On Thursday afternoon, the Greek government said that a supposed interview that Greek Prime Minister Alexis Tsipras gave to German newspaper Neues Deutschland, never took place.
As a government announcement clarifies, the Greek version of German newspaper Deutsche Welle, which had first reported the alleged interview, has now corrected its article to point out that Neues Deutschland was simply reporting on an interview Tsipras had given to Greek radio station “Sto Kokkino” last week.
Neues Deutschland reports that during his “Sto Kokkino” interview, Tsipras addressed the July 5 referendum, in which Greeks turned down a proposed cash-for-reforms deal by international creditors, and the resemblance of that proposal to the preliminary bailout deal he verbally agreed to with Greece’s creditors a week later.
“The referendum question had two parts. The first part concerned the measures they were asking in the past and the second concerned the financing plan. To be honest, and to not beautify the situation, the agreement that followed the referendum, at least as far as the first part is concerned, looks like the one the Greek people rejected,” the prime minister said.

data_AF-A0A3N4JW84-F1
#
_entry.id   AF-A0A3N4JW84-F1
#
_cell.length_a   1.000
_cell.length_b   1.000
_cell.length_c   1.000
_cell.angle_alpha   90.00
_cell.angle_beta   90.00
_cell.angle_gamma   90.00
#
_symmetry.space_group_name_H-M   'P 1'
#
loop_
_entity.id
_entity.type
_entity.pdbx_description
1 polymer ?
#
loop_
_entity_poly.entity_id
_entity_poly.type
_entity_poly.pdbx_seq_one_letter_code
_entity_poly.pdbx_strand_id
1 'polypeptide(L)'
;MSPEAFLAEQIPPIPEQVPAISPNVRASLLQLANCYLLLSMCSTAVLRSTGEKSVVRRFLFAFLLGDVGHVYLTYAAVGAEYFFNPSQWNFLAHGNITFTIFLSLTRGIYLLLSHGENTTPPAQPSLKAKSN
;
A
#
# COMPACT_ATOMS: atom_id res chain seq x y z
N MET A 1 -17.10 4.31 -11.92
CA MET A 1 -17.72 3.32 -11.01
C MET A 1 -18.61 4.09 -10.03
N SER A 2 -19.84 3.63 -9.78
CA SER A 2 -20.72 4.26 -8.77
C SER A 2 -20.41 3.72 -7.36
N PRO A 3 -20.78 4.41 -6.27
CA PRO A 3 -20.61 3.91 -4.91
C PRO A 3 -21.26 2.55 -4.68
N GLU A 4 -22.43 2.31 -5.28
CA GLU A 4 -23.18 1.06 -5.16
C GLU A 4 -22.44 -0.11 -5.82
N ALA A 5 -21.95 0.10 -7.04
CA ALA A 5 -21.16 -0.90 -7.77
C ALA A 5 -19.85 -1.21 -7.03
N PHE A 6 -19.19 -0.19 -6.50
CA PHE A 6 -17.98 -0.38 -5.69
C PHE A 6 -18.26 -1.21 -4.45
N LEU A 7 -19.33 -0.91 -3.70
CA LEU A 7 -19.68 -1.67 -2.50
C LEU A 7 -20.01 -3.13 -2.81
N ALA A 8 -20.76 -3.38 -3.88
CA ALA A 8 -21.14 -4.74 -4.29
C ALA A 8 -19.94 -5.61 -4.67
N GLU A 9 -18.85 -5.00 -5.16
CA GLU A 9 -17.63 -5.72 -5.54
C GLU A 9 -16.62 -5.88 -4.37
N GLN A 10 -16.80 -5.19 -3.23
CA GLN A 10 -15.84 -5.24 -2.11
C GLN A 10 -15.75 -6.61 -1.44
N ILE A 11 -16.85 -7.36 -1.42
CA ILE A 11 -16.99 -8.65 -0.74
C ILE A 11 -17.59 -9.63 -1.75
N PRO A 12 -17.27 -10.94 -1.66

However, Tsipras emphasized the major difference in the second part, as creditors offered 83 billion euros over three years after the referendum as opposed to 10.5 billion euros over five months before the referendum.
One of the main lines of criticism drawn against Tsipras is that his government has not fulfilled many of its promises and has abandoned its anti-bailout stance.
“Before the elections I never said that the memoranda could be annulled with just one law,” he said on his pre-election rhetoric. “Nobody said that. We never promised the Greek people a walk in the park. That is the reason why they have knowledge of the difficulties, which we faced and which citizens themselves face so calmly”.
Tsipras also claimed that his government has implemented significant pre-election commitments like dealing with the humanitarian crisis, hiring back cleaners and school guards as well as reopening the Hellenic Broadcasting Corporation.
Overall the Greek prime minister believes Greece’s international creditors recorded a “Pyrrhic victory,” while Greece and its left government left with a “moral victory” after the 17 hours of negotiations on July 12-13.